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Development of the Next Generation FLT3 Inhibitors for Pediatric AML and Infant ALL

The Johns Hopkins University School of Medicine
Donald Small, MD, PhD
Grant Type: 
Innovation Grants
Year Awarded: 
Type of Childhood Cancer: 
Acute Lymphoblastic Leukemia (ALL), Acute Myeloid Leukemia (AML)
Project Description: 

Certain visible changes in the chromosomes and mutations in the genes correlate with good or bad prognosis in leukemia. FLT3 is one of the most frequently mutated genes in pediatric AML and also plays an important role in Infant ALL. In both types of pediatric leukemias the FLT3 protein acts as a gas pedal that is permanently pressed to the floor, telling cells to grow out of control. In order to send this signal, FLT3 needs to bind to an energy molecule called ATP.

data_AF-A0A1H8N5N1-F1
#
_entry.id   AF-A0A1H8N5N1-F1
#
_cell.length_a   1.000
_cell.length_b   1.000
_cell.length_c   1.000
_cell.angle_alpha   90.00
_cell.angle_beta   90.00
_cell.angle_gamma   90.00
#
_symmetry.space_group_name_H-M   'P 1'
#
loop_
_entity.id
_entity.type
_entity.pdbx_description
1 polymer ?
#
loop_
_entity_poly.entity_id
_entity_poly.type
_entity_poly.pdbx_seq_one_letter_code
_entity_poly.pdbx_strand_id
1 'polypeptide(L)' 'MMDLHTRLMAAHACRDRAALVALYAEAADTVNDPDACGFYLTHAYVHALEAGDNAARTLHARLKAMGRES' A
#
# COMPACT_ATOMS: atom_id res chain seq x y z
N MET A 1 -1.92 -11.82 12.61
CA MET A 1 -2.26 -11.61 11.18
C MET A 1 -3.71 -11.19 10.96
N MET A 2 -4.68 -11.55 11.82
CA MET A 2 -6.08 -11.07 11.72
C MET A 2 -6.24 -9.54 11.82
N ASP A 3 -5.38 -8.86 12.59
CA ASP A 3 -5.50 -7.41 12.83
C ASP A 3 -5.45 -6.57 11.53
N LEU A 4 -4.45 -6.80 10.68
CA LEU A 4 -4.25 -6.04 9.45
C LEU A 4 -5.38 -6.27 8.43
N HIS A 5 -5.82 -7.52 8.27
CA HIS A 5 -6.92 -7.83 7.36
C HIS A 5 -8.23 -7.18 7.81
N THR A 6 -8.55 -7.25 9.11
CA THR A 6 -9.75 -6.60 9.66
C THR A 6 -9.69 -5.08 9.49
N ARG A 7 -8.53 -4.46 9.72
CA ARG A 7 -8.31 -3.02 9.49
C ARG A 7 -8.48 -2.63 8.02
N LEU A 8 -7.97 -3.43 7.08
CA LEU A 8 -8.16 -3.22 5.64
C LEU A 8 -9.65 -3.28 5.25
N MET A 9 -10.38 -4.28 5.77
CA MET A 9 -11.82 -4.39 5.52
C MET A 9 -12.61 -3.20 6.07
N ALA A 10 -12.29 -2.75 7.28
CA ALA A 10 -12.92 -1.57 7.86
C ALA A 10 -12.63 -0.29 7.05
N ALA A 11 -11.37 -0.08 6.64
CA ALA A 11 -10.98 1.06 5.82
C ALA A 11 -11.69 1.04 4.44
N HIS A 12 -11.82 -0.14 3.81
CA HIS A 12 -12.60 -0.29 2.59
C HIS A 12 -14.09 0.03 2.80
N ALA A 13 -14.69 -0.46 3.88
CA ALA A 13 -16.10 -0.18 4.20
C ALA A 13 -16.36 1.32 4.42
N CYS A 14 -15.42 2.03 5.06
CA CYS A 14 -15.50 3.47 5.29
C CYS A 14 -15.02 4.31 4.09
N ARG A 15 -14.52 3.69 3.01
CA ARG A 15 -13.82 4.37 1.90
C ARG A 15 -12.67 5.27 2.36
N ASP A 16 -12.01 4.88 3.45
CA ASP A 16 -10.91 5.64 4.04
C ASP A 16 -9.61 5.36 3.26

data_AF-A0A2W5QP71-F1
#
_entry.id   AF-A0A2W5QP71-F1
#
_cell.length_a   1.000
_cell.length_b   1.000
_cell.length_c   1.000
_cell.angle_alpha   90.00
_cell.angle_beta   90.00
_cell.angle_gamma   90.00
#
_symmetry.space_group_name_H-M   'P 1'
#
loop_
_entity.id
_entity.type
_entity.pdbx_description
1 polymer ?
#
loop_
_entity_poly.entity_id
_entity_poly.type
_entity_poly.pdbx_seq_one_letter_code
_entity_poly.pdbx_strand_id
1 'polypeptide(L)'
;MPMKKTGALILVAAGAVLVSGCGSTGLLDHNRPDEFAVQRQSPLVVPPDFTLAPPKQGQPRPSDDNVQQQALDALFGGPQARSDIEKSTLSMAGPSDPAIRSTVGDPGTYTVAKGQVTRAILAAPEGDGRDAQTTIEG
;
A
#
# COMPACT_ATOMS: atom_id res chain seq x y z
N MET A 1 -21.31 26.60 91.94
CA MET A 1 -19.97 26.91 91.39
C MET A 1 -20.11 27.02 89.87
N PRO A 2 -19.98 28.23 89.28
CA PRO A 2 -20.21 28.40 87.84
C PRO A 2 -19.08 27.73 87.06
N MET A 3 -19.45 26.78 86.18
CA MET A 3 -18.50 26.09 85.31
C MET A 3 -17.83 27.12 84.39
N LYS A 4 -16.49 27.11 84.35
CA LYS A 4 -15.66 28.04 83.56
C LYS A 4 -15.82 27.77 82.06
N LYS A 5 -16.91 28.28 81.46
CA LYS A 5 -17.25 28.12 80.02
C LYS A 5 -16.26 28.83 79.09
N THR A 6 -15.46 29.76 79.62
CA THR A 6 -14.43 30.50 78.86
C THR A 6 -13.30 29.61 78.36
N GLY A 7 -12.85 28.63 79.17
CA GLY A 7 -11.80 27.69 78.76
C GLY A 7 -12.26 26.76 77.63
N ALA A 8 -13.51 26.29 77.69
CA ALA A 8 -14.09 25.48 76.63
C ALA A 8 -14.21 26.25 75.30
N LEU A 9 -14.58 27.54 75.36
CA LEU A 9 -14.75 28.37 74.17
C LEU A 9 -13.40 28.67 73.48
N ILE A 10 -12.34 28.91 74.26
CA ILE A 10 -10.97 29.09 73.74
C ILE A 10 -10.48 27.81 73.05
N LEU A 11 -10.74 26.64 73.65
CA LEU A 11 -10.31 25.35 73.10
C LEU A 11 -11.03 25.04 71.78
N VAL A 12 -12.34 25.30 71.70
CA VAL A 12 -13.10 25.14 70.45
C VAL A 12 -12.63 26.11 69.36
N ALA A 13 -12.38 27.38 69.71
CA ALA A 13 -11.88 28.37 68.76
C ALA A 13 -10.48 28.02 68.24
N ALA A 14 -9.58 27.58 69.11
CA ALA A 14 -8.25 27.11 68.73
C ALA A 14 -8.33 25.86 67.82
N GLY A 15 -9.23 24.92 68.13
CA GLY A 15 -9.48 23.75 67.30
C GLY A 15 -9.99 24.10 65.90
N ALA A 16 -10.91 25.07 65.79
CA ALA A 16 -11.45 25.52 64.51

Project Goal
My group was the first to clone the human FLT3 gene and to develop drugs that would block the binding of ATP to FLT3 so it could no longer send this signal. Since that time, a number of drug companies have developed drugs that target FLT3 and some are in clinical trials in adult and pediatric leukemias.

One of the problems limiting success of many of these drugs has been an inability to achieve sufficient blocking of the FLT3 growth signal. In addition, in some patients FLT3 developed resistance to some of the drugs that had previously achieved good inhibition of the growth signal. We have been testing a new FLT3 inhibitor that in preliminary data, appears to overcome some of the drawbacks that have limited the effectiveness of a number of the previous drugs. We want to explore the effectiveness of this drug against pediatric leukemias utilizing a number of models in order to validate its entry into pediatric AML and infant ALL clinical trials.